The thought of fake apprenticeships operating within the educational sector is appalling.
In our eyes, there is nothing worse than taking advantage of a student who is committed to learning. So naturally, we were thrilled to hear that the government announced plans to crack down on fake apprenticeships, which have left students struggling to secure a job and having to undertake additional training.
After a summer consultation, it was revealed that students were entering particular industries only part qualified without adequate training, worked based experience and practical skills.
Anyone found to be offering fake or low quality apprenticeships will face either a fine or prosecution according to new measures set out in the Enterprise Bill.
Nick Boles, the Skills Minister said in an official statement, ‘Everyone knows what a university degree means. It's an official title. Young people doing apprenticeships should get the same level of distinction. I'm supporting working people by defining the word "apprenticeship" in law. This will ensure people get the best training and opportunities.'
To give you an example of how fake apprenticeships affects young people, Ruth Devine, the Director of SJD Electricals was in the news recently having found that students applying for jobs were not actually qualified.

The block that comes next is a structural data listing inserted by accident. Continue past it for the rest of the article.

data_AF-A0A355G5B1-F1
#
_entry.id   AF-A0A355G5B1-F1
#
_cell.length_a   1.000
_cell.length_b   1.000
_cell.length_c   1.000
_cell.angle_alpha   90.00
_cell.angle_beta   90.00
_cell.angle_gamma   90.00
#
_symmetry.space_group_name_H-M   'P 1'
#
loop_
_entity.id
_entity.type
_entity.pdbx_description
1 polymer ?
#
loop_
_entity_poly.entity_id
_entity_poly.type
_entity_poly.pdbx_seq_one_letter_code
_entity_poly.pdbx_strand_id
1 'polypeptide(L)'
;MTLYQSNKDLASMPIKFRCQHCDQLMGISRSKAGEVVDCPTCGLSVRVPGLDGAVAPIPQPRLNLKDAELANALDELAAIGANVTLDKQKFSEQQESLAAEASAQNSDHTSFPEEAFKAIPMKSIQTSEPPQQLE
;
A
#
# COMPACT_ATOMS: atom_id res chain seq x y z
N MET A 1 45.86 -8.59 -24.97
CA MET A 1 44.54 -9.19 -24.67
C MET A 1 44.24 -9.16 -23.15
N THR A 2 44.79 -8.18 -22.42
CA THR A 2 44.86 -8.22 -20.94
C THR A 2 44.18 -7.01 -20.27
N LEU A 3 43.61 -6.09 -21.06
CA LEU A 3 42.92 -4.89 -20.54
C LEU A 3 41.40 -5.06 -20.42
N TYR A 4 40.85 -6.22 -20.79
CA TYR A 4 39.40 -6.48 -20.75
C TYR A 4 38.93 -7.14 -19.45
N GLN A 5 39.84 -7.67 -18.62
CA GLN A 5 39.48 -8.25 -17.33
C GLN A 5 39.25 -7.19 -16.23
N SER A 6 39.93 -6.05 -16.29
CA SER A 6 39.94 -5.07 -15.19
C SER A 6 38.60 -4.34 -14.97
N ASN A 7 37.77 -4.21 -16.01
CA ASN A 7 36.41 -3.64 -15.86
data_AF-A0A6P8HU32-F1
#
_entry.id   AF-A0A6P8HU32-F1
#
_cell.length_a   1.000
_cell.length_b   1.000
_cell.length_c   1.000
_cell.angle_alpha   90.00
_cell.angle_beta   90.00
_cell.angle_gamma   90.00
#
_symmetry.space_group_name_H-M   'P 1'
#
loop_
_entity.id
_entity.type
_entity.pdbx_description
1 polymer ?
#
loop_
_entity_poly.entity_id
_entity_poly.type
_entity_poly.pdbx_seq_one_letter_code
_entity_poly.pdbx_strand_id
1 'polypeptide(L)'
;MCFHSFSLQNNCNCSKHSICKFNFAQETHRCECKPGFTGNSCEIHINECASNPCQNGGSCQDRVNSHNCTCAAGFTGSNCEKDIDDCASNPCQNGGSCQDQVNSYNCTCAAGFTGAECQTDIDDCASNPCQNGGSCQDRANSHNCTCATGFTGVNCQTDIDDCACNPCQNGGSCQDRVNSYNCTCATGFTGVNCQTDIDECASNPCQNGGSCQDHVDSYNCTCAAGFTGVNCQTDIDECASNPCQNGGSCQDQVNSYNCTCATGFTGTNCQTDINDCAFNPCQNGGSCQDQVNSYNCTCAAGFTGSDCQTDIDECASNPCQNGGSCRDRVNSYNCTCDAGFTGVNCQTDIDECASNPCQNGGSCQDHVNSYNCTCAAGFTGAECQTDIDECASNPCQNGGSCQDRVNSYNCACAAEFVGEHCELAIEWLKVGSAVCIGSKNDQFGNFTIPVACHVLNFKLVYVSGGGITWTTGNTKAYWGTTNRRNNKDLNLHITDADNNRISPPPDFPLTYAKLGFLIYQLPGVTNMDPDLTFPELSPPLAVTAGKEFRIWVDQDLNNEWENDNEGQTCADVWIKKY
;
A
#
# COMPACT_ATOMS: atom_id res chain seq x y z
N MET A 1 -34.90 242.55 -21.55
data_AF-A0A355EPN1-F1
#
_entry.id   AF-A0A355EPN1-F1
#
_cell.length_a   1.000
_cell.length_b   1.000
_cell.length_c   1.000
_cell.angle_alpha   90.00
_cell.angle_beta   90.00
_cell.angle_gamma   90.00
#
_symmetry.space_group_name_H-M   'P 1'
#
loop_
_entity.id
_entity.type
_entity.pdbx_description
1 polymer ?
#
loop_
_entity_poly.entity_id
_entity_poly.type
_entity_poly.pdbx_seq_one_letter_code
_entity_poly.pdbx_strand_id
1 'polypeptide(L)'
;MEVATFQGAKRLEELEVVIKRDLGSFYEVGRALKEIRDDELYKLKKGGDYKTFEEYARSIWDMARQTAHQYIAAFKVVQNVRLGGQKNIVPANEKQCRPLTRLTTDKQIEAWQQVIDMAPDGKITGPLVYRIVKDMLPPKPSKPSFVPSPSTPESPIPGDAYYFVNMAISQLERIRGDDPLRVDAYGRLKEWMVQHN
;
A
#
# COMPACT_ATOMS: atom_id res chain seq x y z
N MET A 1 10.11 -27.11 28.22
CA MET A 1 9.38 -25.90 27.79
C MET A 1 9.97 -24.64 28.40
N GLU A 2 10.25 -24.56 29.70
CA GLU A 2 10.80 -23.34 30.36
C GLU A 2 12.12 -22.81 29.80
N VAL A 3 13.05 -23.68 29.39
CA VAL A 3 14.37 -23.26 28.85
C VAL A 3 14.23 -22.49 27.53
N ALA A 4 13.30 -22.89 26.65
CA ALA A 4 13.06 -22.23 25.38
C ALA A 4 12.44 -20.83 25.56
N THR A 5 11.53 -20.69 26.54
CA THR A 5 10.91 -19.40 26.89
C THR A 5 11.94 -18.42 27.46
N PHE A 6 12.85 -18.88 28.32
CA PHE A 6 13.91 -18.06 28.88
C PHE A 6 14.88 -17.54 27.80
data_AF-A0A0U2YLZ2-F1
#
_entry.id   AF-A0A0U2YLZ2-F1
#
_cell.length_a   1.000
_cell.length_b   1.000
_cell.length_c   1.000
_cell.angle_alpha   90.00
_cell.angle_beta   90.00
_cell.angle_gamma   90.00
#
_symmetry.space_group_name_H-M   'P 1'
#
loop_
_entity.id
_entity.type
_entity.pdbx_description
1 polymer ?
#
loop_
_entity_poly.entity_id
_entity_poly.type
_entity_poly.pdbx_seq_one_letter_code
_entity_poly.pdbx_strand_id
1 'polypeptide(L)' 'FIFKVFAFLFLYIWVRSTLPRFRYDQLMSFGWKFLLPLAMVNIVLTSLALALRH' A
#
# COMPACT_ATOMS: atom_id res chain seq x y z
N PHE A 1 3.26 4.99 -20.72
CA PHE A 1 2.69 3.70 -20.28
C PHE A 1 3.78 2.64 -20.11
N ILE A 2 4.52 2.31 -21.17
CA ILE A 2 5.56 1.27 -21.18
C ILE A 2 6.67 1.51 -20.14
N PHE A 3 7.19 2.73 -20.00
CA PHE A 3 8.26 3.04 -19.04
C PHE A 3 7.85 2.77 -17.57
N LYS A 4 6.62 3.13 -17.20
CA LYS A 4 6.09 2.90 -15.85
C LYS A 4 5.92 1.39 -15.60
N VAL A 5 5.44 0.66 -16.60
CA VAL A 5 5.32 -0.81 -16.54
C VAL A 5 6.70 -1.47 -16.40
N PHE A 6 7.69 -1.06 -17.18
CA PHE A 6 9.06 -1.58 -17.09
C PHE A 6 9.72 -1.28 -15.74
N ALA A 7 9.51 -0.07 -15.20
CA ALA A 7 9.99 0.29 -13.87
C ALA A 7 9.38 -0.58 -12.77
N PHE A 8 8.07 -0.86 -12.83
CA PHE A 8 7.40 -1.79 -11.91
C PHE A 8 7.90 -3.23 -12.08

She said to the press, 'A number of applicants applying for jobs at SJD who thought they had completed apprenticeships, were surprised to find that they were not fully qualified. Low quality training courses contribute to the many instances of poor workmanship we come across.'
Foundation before creation
Students are aware that apprenticeships provides a legitimate path into their chosen career and within society, the tide has definitely turned with the government pledging to create three million new apprenticeships by 2020.
What impressed us at Training and Courses was the way in which action has been taken so swiftly in order to lay out foundations instead of just focusing on meeting those ambitious targets. This should definitely give students a vote of confidence that there are efforts being made to safeguard their futures and provide them with the best apprenticeships across the country.
However there is one question that will be on everyone's lips - how do we ascertain what is a low quality apprenticeship?
This is where it gets a bit challenging. With so many industries offering apprenticeships, it's not as easy as issuing a simple set of guidelines those businesses need to abide by. Students are expected to learn specific skills and go to interviews with relevant practical experience. If any guidelines are to be introduced, they will definitely need to be industry specific. We'll be keeping our eyes peeled on how the government plans to tackle this.
Though it's really off putting to hear how companies have taken advantage of some students, we believe the number of institutions and businesses offering exceptional apprenticeships far outweigh the bad. We should know – we list a number of recognised providers who offer fantastic apprenticeships across several sectors.